Cédric Villani’s Birth of a Theorem: A Mathematical Adventure has risen to the top of my Best Science Book of 2015 list. It’ll be tough for another book to kick it off that summit before the end of the year, that’s for sure.

The name Cédric Villani probably sounds a bit familiar to most who follow the science world reasonably closely. That’s because he’s the spider-pendant wearing, cravat and three-piece suit porting, Fields Medal winning French mathematician who’s currently the director of the Institut Henri Poincaré in Paris. He’s known in math circles for his work on nonlinear Landau damping with Clément Mouhot.

Birth of a Theorem is his memoir of how he and Mouhot made their breakthrough in nonlinear Landau damping. Curiously, the book really isn’t about nonlinear Landau damping itself, barely including any kind of non-specialist description of it all all. Rather BoaT is about how they made their discoveries. It’s about process, not product.

So the book includes copious email discussions between the two, some barely comprehensible to non-specialists, including TeX code and equations. It includes digressions and discussions, explanations of illuminations about the famous figures in their field, side trips into the music Villani likes to listen to while working. It’s about the importance of collaborators and mentors in the scientific enterprise. It’s about needing time to think deeply, away from pedestrian concerns, to get to the heart of the math. The serendipity and randomness of learning new things and making unexpected connections. It’s about the challenge of finding good bread and cheese in New Jersey.

And lots and lots of rumination about work/life balance, juggling spending time with his small children, balancing his wife’s career and his own, and the challenges of relocating to Princeton and the Institute for Advanced Study for six months and throwing all those balls up into the air, working in the shadow of Einstein. Mostly it’s about balancing total immersion into the world of pure math with the demands of the very real and impure world of people and institutional politics and collaborators and family and life and death. Is Villani rather self-absorbed? Do we feel for his poor wife and kids at times? Sure, but we also root for him fiercely, hoping that he and Mouhot will slay their dragon.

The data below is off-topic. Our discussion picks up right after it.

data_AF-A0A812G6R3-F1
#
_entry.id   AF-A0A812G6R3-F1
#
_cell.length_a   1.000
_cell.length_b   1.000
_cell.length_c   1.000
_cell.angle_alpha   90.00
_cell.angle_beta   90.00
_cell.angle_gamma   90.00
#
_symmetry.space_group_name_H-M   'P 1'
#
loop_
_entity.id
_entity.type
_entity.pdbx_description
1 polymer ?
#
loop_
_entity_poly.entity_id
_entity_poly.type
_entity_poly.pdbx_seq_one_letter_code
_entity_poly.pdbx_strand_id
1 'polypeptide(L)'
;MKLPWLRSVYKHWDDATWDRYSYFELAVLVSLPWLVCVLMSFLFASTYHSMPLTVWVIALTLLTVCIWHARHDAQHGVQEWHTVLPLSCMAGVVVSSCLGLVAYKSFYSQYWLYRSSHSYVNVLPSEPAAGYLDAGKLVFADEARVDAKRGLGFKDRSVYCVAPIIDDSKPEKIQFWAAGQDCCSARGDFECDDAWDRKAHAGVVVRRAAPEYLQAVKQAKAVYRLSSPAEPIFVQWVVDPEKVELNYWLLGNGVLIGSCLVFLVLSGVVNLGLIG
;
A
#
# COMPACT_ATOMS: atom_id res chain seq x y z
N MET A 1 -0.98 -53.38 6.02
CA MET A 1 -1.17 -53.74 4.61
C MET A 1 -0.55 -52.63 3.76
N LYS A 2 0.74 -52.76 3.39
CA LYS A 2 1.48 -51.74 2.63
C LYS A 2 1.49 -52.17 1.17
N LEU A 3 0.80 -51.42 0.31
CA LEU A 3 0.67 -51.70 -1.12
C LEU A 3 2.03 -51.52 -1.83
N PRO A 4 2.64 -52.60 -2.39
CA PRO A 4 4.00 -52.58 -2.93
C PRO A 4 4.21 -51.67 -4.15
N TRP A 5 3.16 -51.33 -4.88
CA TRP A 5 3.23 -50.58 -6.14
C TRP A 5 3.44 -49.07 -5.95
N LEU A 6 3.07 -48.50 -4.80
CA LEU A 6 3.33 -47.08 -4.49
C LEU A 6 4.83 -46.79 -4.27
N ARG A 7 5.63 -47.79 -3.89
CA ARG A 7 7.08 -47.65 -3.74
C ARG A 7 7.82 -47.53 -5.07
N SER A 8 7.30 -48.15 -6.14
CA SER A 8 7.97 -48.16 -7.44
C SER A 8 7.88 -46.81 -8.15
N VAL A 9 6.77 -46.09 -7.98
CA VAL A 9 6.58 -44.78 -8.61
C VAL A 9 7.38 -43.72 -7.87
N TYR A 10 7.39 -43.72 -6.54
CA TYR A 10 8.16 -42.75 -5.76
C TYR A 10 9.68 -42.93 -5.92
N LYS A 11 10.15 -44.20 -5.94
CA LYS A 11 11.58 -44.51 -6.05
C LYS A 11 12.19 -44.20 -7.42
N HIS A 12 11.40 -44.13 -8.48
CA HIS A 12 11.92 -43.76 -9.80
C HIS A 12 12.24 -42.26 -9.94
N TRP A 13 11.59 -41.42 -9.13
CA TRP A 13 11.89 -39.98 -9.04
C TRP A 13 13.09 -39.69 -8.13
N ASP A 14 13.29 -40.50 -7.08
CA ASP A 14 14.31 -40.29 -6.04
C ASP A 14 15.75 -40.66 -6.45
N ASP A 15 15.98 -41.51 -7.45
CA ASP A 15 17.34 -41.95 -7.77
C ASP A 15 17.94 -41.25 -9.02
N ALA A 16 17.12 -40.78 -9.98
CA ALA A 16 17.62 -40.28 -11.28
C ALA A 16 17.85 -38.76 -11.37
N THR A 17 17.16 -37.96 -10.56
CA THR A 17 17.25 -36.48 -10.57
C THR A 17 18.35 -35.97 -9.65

And as incomprehensible as some of the math is, the process is vibrant and alive like in few other books I’ve read. Something like Wrinkles in Time: Witness to the Birth of the Universe by George Smoot and Keay Davidson comes to mind as a similar example from what I’ve read before.

I would recommend this book without hesitation. Malcolm DeBevoise’s translation is smooth and seamless. BoaT would make a great gift to any science- or math- loving member of your extended circle. In particular, for anyone contemplating a research career, this book would provide an amazing insight into how research actually happens, especially in the more abstract areas of math and science. This book should find an eager audience for any library that collects popular science.

In many ways, Villani has only whetted my appetite for learning about the processes of mathematical discovery. Michael Harris’s Mathematics without Apologies: Portrait of a Problematic Vocation seems like an interesting second step in this adventure. It’s much longer and from the reviews and descriptive material, it looks like it just might pick up from where Villani left off, taking us from the unraveling of one discovery into a more generalized discussion of how the mathematical mindset works.

I have also recently reviewed the graphic novel Les Rêveurs lunaires: Quatre génies qui ont changé l’Histoire by Cédric Villani and Baudoin.

Villani, Cédric. Translated from the French by Malcolm DeBevoise. Birth of a Theorem: A Mathematical Adventure. New York: Farrar, Straus and Giroux, 2015. 272pp. ISBN-13: 978-0865477674

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